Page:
THE MUSIC OF STARTLING LANGUAGE
Tomas Mikael Bäck
The number of volumes of poetry published by Tomas Mikael Bäck (born 1946) is approaching twenty. He made his debut in 1972 with the collection Andhämtning (‘Drawing Breath’). Originally from Vaasa, Bäck moved to Helsinki to study: he majored in Nordic literature at the University of Helsinki and took courses in librarianship at Svenska social- och kommunalhögskola. His education was formative and is reflected in his work. Words are of the utmost importance for him – even by other poets’ standards – and in particular the use of language and wordplay have an important function in Bäck’s work. Nouns and adjectives occur more frequently than verbs and his expression is often fragmentary and in some ways ‘Eastern’. His debut collection also includes 13 haikus. This, however, does not mean that Bäck writes in a classical way; quite the opposite. He is a linguistic virtuoso, he plays with language, with thoughts, thus showing the world in a different light. His collection Trädgårdssten (‘Garden Stone’) from 1995 contains the exclamation ‘Nonsense as a tragic genre!’ This seemingly contradictory term depicts a sense of incompatibility, which is also discernible in the background of Bäck’s poems. Playing with language and juxtaposing startling combinations of words is a thread which runs through all of Bäck’s poetry. Often these groups of words border on the surreal, as in the collection Och hastigt förstå (1975) (‘And suddenly understand’); on the other hand, the collection Regnljus och snö (‘Rain-light and snow’) from 1984 concludes with a series of nonsense poems.
In an interview, Bäck has spoken about writing as a way of expressing his sense of being an ‘outsider’, something many poets feel. He did however find contact through books: the works of Gunnar Björling have been significant to him and the same can be said of Paul Celan. Yet what is it that Bäck writes about and from which angles do his poems open up to the reader? He surveys the human mind, but this is done in a rather philosophical way without tending towards psychology. He does seem to draw upon his own life and to reflect upon himself. Bäck himself has always underlined the debt his thoughts and poetry pay to Eastern philosophy. This can be seen as, in a way, both listening to silence and as silent listening, a careful consideration over each word. ‘Light words weigh down/ like stones’ he has written. This ‘Easternness’ is also present in the themes and motifs in Bäck’s poems. The element of water in all its forms is particularly significant and runs through his entire output. Rain and snow. Bäck’s poetry can be regarded as a series of interrupted observations, often the term ‘aphorism’ seems appropriate; at other times the poems are more akin to notes in a diary. Alongside these eastern elements, music also has an important place in Bäck’s work: classical music and jazz, both in allusion and in name, as for example in the collection Sol-sordin (2000) (‘Sun Mute’).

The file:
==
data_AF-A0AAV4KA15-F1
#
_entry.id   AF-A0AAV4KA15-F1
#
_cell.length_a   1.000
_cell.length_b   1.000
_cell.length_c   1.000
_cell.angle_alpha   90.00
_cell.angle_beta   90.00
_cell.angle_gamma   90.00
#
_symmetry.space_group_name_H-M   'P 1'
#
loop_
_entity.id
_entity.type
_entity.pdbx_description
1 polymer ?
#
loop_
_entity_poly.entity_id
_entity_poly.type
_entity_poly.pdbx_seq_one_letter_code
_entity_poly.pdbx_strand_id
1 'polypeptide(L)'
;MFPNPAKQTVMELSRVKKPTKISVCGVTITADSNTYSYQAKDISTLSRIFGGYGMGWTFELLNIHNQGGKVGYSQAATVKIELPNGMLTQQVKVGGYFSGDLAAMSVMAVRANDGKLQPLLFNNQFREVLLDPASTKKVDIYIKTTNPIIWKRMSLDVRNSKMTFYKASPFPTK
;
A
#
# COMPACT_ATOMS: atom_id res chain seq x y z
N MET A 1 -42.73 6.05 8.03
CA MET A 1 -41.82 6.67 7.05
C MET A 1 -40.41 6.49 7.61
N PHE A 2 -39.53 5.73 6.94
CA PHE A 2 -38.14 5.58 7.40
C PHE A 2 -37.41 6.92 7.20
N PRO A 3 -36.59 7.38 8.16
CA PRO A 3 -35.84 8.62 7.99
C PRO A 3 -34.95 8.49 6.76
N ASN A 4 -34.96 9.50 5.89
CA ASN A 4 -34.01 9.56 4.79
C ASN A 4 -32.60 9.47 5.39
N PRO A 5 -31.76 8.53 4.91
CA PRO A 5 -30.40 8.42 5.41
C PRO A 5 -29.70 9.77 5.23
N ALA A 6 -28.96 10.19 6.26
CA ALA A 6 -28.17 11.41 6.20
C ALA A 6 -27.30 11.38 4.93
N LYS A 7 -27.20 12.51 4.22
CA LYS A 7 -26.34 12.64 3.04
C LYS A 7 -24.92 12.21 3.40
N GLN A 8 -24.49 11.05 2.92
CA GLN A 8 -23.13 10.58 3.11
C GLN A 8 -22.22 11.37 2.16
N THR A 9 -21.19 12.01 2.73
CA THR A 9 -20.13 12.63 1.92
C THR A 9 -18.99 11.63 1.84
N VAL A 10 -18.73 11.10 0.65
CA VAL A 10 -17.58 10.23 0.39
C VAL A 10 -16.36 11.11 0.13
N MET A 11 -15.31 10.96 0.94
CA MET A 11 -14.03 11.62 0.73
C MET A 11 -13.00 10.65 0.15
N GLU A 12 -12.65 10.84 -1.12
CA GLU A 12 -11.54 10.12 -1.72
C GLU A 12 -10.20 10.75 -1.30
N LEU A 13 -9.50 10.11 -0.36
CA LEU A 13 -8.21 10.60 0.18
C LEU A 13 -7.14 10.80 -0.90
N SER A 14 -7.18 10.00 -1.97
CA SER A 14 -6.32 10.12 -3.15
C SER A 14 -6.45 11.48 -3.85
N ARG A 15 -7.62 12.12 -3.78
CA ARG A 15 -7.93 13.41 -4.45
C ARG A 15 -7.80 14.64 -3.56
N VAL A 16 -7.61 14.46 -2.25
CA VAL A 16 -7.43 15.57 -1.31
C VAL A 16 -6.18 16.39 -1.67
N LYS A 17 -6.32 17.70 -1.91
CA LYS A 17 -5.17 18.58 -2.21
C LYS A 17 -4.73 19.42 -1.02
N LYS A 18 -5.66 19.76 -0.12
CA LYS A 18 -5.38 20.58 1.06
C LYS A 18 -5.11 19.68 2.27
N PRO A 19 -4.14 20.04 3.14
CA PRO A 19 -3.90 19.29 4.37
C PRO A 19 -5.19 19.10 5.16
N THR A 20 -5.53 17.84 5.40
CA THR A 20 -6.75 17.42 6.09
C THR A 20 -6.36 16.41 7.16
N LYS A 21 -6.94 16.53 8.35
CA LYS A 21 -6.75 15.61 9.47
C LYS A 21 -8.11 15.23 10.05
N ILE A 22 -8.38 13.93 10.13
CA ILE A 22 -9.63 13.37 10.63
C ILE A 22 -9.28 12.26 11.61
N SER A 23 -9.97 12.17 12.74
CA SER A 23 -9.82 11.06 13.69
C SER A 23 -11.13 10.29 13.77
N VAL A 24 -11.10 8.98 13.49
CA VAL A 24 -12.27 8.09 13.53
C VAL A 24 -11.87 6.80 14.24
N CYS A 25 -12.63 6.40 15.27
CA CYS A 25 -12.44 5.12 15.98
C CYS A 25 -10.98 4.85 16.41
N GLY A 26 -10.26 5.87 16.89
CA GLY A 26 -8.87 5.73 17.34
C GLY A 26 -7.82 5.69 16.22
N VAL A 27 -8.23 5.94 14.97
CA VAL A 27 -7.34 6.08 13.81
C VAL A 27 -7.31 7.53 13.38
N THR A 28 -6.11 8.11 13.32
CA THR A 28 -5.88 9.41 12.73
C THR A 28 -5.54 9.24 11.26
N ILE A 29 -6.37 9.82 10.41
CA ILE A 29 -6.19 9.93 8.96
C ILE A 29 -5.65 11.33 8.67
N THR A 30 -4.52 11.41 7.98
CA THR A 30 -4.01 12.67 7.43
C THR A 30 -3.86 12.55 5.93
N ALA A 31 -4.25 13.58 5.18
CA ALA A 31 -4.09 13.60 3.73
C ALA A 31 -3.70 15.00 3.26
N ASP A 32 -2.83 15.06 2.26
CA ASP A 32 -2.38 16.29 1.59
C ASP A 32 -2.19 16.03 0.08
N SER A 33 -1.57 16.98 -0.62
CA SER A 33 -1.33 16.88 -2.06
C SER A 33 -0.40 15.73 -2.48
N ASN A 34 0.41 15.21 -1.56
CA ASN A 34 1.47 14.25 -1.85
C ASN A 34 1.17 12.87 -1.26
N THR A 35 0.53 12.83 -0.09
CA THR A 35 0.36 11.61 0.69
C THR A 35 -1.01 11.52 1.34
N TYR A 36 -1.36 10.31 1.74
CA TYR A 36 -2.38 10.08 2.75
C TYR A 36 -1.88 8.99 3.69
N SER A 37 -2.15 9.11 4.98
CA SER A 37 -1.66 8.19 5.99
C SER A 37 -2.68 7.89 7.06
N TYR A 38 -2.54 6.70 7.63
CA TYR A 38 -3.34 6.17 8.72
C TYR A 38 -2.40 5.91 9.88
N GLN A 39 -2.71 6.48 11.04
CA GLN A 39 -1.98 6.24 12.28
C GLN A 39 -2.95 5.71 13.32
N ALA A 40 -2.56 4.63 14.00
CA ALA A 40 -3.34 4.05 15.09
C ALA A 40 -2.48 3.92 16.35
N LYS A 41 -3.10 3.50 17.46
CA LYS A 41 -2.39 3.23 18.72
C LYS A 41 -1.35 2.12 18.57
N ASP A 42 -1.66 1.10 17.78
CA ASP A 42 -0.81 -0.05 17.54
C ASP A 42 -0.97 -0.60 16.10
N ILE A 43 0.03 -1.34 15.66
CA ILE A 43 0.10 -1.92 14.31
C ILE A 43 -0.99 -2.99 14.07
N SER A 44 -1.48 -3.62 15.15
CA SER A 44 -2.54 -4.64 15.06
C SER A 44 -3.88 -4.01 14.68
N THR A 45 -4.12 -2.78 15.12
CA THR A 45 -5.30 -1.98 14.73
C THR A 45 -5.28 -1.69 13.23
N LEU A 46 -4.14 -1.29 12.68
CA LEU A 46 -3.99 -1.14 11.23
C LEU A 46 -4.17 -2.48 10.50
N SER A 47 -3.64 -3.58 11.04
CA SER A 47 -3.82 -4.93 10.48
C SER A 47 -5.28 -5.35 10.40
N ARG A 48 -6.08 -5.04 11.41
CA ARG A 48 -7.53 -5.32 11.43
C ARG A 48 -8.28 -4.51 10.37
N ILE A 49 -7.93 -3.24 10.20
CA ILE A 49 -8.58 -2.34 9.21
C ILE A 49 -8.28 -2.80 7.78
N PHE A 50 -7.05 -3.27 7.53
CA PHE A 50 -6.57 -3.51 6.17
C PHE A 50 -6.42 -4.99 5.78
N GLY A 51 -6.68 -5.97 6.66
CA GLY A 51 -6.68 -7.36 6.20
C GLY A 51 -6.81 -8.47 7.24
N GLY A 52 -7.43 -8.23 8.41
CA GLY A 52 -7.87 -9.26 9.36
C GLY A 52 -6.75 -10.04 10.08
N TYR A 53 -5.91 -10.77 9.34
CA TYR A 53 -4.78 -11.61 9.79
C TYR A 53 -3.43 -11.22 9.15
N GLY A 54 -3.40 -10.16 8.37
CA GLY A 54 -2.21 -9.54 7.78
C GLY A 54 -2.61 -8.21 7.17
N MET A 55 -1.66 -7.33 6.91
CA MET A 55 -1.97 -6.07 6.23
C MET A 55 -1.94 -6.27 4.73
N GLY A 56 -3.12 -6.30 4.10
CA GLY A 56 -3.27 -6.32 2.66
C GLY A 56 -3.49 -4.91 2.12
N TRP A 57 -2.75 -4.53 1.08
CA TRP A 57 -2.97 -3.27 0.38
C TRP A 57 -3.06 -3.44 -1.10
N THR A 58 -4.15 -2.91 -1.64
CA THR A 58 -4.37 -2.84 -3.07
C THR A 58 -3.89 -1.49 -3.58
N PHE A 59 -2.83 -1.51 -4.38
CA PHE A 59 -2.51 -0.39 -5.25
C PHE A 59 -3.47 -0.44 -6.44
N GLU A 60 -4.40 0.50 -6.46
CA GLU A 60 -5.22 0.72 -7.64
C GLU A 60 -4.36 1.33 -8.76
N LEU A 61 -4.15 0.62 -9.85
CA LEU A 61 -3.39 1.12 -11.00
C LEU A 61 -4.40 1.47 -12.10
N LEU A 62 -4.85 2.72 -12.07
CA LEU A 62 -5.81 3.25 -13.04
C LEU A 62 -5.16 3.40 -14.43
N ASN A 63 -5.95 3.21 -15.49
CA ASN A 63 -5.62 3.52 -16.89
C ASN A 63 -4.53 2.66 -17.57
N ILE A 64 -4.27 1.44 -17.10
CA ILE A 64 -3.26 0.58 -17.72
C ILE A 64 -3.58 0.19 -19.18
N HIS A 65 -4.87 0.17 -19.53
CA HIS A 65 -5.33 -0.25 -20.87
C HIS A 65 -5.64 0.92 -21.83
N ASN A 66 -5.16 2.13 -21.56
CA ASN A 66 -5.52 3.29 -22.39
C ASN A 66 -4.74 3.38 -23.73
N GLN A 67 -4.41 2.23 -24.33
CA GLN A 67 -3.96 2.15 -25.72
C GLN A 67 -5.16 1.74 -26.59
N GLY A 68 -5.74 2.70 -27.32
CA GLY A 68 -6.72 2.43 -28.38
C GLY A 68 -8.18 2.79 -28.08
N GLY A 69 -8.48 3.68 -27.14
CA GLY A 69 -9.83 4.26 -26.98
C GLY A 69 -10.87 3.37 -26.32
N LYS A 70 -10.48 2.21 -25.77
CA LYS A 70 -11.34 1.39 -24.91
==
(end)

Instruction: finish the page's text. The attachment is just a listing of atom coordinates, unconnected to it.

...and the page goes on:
Andhämtning (1972), Och hastigt förstå (1975), Början av ett år (1977), Tills vi äger våra liv (1980), Denna dag (1982), Regnljus och snö (1984), Språngmarsch på stället (1985), Flytande avsatser (1986), Frågare! (1988), Spånkorg (1990), Trädgårdssten (1995), Memoarer och annan dikt (1997), Sol-sordin (2000), Väggvitt (2003), Den sextonde månaden (2005).
translated by David Hackston